Coast Guard Cutter Returning From Successful Drug Interdiction Patrol
By Lt. j.g. Matthew Cunningham, USCG
Special to American Forces Press Service
KEY WEST, Fla., March 4, 2005 Coast Guard Cutter Mohawk returns home March 11, a little heavier than when it left Key West two and a half months ago. Along with its 100-person crew, Mohawk carries 37 bales of cocaine weighing more than 2,600 pounds - with a street value of nearly $25 million -- from an at-sea drug interdiction. The Mohawk crew patrolled the Caribbean Sea for nearly their entire 67-day patrol, working primarily for Joint Interagency Task Force South, also based in Key West. While performing the Coast Guard's law enforcement, homeland security and alien migrant interdiction missions, the Mohawk was involved with several cases involving drug-smuggling "go-fast" vessels.
Coast Guard Seamen Chris Bedford, Daniel Rowland, Stephen Hartie and Daniel Rowland (left to right) help load one of 37 bales of cocaine the crew of U.S. Coast Guard Cutter Mohawk seized on a drug interdiction patrol. Coast Guard photo
(Click photo for screen-resolution image)
In the first case, Mohawk's high-speed small boat pursued a suspected smuggling vessel, and, after a grueling chase into the seas just south of the Bahamas, stopped the vessel. Mohawk's boarding team, along with a Royal Bahamian Defense Force officer, boarded the vessel and did not find drugs. But authorities reported finding 30 bales of marijuana, weighing about 1,100 pounds, in the water -- allegedly dumped by the vessel's occupants prior to the interception. The vessel and the three people on board were turned over to Bahamian authorities.
"It was an intense chase involving high speeds and rough seas, but we did our job and stopped the smugglers," said Petty Officer 3rd Class Justin Scalio, the coxswain of Mohawk's small boat.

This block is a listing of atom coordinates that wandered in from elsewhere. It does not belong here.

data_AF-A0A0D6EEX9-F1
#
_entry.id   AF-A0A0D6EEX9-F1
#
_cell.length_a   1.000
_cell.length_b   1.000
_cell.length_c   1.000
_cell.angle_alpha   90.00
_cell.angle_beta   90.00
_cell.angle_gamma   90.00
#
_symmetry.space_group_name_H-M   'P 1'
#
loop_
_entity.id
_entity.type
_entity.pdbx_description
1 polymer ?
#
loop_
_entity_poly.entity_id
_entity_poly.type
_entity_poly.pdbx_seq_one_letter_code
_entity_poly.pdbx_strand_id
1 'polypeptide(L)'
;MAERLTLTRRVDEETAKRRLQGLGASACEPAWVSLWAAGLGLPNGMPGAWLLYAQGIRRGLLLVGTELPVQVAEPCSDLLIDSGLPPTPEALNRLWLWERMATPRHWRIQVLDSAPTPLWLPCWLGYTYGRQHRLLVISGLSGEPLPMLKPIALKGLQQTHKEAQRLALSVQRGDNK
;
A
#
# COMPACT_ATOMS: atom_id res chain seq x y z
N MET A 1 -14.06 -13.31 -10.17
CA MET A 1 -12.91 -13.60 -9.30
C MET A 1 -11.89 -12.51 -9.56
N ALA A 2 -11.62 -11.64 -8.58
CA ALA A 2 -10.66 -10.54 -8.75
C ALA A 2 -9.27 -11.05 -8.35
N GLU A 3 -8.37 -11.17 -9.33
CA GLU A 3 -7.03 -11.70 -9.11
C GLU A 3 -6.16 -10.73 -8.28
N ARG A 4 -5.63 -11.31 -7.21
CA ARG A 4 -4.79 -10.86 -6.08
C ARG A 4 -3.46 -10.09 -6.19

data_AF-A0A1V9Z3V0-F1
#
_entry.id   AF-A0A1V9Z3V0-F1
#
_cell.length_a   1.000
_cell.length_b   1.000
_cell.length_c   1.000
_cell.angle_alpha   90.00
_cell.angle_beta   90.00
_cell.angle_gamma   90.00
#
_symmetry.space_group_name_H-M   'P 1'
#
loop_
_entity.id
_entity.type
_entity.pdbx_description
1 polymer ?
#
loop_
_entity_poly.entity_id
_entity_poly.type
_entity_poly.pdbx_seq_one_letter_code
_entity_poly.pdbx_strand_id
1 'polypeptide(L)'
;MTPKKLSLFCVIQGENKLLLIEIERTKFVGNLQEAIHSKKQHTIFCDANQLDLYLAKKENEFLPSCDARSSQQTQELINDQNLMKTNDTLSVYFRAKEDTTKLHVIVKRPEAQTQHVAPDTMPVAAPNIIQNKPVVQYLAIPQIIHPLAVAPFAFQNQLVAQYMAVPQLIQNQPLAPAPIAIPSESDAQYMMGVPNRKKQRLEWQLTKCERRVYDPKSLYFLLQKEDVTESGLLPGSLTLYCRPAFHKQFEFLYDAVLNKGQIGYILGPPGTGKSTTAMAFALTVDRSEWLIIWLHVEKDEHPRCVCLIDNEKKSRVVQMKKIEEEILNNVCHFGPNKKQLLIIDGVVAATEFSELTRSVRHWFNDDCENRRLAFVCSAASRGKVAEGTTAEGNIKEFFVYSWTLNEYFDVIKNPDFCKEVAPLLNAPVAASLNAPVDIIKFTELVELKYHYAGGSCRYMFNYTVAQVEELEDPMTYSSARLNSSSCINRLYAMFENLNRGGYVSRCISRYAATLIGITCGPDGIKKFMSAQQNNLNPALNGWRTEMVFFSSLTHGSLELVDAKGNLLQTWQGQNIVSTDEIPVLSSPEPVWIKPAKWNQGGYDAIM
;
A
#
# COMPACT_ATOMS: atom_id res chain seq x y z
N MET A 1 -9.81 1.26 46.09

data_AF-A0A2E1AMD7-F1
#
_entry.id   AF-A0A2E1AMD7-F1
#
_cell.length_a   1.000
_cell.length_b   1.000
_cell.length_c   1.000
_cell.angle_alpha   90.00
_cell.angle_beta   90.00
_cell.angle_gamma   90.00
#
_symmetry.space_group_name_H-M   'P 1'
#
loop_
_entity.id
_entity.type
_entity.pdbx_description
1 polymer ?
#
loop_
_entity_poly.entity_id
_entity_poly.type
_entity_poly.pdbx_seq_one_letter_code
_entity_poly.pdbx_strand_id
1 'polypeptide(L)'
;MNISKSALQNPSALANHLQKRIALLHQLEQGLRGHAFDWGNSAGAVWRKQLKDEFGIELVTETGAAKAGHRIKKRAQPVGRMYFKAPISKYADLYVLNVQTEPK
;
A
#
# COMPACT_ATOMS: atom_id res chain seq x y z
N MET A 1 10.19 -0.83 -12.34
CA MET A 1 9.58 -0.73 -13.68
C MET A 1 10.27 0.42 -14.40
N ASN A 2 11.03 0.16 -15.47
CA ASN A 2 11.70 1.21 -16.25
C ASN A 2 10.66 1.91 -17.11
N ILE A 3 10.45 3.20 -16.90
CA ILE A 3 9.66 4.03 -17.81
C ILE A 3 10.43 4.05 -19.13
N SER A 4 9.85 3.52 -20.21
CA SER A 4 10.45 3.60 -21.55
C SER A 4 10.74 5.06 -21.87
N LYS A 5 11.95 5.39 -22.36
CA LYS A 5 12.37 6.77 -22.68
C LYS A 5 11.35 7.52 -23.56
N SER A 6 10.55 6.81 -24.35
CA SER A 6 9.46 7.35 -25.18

A second chase involved Coast Guard, U.S. Navy, and Nicaraguan assets. A Navy asset located a go-fast vessel sitting dead in the water in the central Caribbean, and Mohawk and a Navy ship were diverted to intercept it. The Mohawk crew Mohawk deployed its high-speed pursuit boat, and the Navy ship launched its helicopter. The go-fast vessel started to run, and jettisoned its large cargo of cocaine, along with some fuel barrels, during the extensive chase.
The boat eventually entered Nicaraguan territorial seas and Nicaraguan military forces from that country continued the chase of the vessel, eventually forcing the vessel to beach itself, but the suspects escaped into the jungle. The Mohawk crew recovered 37 bales of cocaine weighing about 2,600 pounds that were dumped during the chase. The crew will turn the drugs over to U.S. Interdictions and Customs Enforcement authorities.
Another high-speed chase of a drug smuggling vessel by the Mohawk and other counter-drug forces ended when a military aircraft from another Caribbean country shot at and disabled the engines of the boat. The counter-drug efforts in the Caribbean frequently involve the combined, joint efforts of numerous Caribbean nations, the U.S. Coast Guard, and other U.S. agencies.
"We've been gone from Key West since early January," said Capt. Dave Ely, commanding officer of the Mohawk. "Every one of our patrols has its own unique adventures, and this one was no different. In the past two months, Mohawk's fine crew definitely succeeded in disrupting the flow of a significant amount of cocaine from South America to our country, and some drug-smuggler 'pirates' are in custody and out of business."